As promised, here is an in depth overview of how I made the masks:
The first thing I did was find a file on thingiverse (since my modeling skills are not that good right now): https://www.thingiverse.com/thing:1081682
Reminder: Though tipping is not required it is good form to tip people who post things you use!
I then printed this model on my printer using ABS. This particular version was in three pieces. Here is a picture of two of the pieces. Note the spikes at the top. These are important for alignment later.
Sanding and Surface Prep
I then sprayed the pieces with Plastikote (our choice of sandable filler primer). Usually it takes two or three coats to cover the whole part. Make sure you are in a well ventilated area with a respirator when using this stuff.
Once this dries, I had to sand it down. I recommend using wet sandpaper and a bowl of water so that you make less of a mess. Note that you are not trying to sand off all of the Plastikote, since the purpose of the Plastikote is to fill in the lines. I sand it until the part feels smooth enough (could be anywhere from 30 minutes to 3 hours depending on your determination). I also recommend sanding each part individually before gluing them together. This is what your parts should look like:
Next, I roughed the surfaces where glue would be applied (glue needs to grip to something and it usually is small surface imperfections). What is really nice about this model is that it has registration marks (positive and negative matching markers) on each piece so you know the proper alignment and orientation. If you ever design your own parts I recommend doing this. I then used super glue to glue the parts together. To hold it together as it dried, I used small clamps.
Once the parts are glued together and dried, I took a seam filler (bondo or 3M acrylic spot filler is my usual choice) and rub it into the seams. I then sanded that down until it was smooth to the other pieces. I repeated this until I could not see or feel the seam anymore.
After I had the mask smooth and can no longer see the seams it was time to paint! I took regular white spray paint as the base coat. I sprayed the mask a few times since white can be difficult to work with and anything behind it will come through unless you do multiple passes.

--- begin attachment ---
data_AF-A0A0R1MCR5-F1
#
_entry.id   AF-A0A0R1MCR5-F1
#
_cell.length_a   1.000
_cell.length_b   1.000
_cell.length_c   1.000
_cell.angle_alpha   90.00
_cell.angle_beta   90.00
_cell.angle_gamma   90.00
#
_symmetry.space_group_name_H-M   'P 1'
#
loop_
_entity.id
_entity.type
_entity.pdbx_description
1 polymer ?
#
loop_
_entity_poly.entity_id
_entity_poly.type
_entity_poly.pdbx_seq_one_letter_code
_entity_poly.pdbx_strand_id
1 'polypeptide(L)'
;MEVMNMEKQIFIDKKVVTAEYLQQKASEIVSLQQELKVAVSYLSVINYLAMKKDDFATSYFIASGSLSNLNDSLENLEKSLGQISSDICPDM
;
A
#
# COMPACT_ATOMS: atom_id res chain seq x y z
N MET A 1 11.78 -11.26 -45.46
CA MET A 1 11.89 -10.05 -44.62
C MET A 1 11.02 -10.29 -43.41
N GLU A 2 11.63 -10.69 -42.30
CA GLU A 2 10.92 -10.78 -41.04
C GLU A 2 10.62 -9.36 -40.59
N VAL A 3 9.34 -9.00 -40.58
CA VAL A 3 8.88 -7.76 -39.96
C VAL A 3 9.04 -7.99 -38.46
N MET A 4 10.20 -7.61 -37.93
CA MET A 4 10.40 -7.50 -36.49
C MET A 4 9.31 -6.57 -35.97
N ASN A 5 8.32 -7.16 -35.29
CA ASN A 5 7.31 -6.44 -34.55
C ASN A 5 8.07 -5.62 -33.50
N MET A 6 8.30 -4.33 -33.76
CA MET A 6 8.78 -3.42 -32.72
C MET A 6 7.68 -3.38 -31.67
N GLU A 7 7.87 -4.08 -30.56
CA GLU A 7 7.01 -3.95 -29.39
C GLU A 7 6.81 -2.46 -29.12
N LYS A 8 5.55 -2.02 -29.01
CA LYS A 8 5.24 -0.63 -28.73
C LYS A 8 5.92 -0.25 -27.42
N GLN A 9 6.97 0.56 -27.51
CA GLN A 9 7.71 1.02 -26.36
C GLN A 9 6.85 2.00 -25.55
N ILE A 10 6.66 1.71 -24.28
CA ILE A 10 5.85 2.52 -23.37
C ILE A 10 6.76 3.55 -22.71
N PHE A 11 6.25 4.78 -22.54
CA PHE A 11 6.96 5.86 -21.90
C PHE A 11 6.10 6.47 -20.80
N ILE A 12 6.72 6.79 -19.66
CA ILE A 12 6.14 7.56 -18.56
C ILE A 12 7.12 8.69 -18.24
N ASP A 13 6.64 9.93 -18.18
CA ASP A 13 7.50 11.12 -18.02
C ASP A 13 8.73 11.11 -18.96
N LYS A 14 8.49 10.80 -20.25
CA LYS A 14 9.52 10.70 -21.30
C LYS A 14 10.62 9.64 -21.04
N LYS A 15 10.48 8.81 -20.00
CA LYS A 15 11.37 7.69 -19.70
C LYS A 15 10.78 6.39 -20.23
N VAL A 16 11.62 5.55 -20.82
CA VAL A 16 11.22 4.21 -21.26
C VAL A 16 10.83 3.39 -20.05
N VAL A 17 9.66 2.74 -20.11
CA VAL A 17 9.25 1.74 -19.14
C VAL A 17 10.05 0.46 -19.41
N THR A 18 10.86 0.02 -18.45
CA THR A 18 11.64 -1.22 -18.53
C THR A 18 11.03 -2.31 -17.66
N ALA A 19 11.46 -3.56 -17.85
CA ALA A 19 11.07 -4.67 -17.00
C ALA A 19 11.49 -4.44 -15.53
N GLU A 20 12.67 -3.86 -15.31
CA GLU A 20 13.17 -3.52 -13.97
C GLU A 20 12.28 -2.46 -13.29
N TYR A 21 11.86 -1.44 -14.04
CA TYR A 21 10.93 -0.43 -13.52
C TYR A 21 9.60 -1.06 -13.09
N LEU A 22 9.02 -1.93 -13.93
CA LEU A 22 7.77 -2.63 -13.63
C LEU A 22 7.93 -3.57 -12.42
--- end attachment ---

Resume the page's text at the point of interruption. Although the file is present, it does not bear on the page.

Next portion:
To get the gold look on the edges, I used rub &buff, a type of colored wax that you rub onto the area you want colored. I used Q-Tips to get a consistent color.
Finally, I weathered the part. To do this I utilized dry brush techniques and acrylic paints. Essentially, I put paint onto a dry brush. I then rubbed most of that paint off onto a piece of cardboard. I then with big strokes dirtied up the mask.
The last bit of weathering was adding blood. For the smaller drips I took a paint brush covered in runny blood colored paint (a mix of red, brown, blue and a bit of black) and flicked my wrist towards the mask until i got the blood patterns I wanted. i then took some sandpaper to it to give the ruff and buff a dirty worn down look.
The last touch was making it look like porcelain that had broken. With the help of a friend who paints miniatures all the time, I learned how to do cracking with paint (essentially use a light color first then darken in the deeper cracks. Also use a fine pointed paint brush to get the lines to look straighter).
I finally coated it in clear coat to give it a porcelain look and to protect the paint. YOU SHOULD CLEAR COAT EVERY PAINT JOB YOU DO ESPECIALLY IF YOU PLAN TO GO TO CON WITH IT.
The last step is to add foam inside and string to it so it can be worn.